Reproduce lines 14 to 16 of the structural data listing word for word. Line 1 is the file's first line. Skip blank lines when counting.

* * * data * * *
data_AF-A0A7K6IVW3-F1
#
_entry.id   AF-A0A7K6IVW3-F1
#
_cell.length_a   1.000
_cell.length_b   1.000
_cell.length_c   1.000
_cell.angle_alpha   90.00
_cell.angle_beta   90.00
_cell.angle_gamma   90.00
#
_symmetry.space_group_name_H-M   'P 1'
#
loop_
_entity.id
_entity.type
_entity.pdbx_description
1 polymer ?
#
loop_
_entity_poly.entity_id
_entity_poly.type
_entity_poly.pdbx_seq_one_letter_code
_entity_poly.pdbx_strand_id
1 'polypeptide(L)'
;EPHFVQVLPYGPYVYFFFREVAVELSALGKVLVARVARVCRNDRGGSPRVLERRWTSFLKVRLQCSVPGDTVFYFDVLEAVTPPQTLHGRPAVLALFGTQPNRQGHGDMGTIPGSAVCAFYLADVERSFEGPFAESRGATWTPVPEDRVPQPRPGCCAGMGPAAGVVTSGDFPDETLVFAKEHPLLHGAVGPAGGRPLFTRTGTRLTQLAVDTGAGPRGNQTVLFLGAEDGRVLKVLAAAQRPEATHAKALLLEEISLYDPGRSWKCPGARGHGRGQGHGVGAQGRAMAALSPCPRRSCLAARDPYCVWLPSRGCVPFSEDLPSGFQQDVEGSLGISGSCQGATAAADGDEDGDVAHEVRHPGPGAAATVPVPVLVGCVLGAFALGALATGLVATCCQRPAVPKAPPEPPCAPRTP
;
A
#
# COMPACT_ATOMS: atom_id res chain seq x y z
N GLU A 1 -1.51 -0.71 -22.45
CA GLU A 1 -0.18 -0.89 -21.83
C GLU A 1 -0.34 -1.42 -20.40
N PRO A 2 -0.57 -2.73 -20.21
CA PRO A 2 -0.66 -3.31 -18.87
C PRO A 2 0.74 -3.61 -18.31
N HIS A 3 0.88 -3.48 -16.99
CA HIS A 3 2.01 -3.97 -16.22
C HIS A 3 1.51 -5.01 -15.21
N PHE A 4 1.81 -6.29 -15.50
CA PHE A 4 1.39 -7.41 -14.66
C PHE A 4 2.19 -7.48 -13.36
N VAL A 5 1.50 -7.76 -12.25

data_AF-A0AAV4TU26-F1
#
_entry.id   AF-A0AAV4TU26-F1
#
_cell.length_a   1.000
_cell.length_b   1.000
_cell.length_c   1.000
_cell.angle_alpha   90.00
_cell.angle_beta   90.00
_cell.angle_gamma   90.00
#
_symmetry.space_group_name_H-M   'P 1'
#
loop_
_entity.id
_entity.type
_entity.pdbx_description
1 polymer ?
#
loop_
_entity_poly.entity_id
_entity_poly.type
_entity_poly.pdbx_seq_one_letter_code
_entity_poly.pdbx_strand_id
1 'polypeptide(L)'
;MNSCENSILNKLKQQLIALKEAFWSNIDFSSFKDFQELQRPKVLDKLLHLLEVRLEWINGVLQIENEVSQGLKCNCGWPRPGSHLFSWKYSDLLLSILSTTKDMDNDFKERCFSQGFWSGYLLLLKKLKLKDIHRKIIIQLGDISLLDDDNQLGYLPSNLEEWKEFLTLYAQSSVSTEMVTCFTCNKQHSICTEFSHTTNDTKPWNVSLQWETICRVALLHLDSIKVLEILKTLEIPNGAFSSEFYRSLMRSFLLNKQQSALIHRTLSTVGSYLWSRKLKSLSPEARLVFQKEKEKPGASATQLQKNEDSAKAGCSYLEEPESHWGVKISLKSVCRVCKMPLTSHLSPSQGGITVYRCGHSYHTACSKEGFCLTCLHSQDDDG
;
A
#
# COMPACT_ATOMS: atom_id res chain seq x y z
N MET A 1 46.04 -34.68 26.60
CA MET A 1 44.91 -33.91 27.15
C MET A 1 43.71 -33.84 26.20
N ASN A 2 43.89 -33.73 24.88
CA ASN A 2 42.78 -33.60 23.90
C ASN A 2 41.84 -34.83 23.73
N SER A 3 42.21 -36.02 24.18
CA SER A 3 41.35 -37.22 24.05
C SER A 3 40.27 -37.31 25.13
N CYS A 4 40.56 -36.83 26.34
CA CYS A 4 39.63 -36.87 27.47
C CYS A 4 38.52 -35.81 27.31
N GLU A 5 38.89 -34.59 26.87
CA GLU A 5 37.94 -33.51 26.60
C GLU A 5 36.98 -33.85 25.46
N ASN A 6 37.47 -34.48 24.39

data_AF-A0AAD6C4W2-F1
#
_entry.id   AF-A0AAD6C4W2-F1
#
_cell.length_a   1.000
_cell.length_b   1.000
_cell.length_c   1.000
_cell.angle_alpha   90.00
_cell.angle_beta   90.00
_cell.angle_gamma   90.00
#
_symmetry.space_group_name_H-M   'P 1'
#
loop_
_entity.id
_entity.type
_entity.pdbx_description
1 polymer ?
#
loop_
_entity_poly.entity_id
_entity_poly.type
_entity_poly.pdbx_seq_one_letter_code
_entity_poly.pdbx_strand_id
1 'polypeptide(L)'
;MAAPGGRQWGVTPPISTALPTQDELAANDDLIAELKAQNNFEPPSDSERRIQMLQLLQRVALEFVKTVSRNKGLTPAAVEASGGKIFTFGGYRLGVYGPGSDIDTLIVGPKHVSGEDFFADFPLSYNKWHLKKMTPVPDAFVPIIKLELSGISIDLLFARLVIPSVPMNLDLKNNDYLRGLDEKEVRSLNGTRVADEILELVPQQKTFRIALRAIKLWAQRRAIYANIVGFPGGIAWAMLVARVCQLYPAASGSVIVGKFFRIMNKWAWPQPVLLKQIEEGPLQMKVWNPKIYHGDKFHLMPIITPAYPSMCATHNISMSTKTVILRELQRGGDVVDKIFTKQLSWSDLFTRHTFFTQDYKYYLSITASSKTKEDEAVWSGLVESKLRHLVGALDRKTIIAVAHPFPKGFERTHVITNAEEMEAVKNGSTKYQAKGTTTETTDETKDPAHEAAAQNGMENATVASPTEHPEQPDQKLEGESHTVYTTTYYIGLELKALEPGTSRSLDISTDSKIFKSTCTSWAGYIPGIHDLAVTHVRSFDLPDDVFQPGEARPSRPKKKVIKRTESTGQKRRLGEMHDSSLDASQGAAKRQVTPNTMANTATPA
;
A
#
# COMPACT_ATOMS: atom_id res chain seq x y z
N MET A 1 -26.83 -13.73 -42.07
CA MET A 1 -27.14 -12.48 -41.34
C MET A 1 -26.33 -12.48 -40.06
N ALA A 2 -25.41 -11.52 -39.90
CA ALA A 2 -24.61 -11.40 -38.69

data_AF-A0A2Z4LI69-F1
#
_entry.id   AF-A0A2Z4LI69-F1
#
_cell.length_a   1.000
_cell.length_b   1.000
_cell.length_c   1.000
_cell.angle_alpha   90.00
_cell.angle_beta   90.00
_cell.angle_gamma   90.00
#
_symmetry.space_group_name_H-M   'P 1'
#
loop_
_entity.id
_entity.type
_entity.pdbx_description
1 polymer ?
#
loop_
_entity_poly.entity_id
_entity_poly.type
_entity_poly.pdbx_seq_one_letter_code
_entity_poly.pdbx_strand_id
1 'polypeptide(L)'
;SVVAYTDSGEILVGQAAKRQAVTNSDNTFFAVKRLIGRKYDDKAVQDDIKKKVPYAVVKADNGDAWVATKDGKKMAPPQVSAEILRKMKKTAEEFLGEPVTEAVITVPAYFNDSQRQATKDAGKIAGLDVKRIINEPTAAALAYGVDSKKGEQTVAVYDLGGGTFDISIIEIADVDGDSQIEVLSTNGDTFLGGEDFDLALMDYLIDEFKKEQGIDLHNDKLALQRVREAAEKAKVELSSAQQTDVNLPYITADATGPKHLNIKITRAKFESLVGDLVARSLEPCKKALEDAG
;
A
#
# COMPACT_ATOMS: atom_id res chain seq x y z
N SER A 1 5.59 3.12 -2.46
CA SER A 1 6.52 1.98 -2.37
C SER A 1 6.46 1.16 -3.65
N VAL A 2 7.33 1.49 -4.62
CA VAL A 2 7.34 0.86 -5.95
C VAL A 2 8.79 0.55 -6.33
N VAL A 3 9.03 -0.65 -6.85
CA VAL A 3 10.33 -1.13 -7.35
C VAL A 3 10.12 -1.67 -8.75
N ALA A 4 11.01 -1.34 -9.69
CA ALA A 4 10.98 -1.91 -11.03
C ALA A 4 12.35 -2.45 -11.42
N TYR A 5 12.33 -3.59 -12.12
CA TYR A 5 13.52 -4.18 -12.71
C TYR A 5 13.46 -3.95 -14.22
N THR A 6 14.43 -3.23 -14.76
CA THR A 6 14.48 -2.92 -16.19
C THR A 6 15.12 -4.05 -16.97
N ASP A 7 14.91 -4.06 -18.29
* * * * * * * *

loop_
_entity.id
_entity.type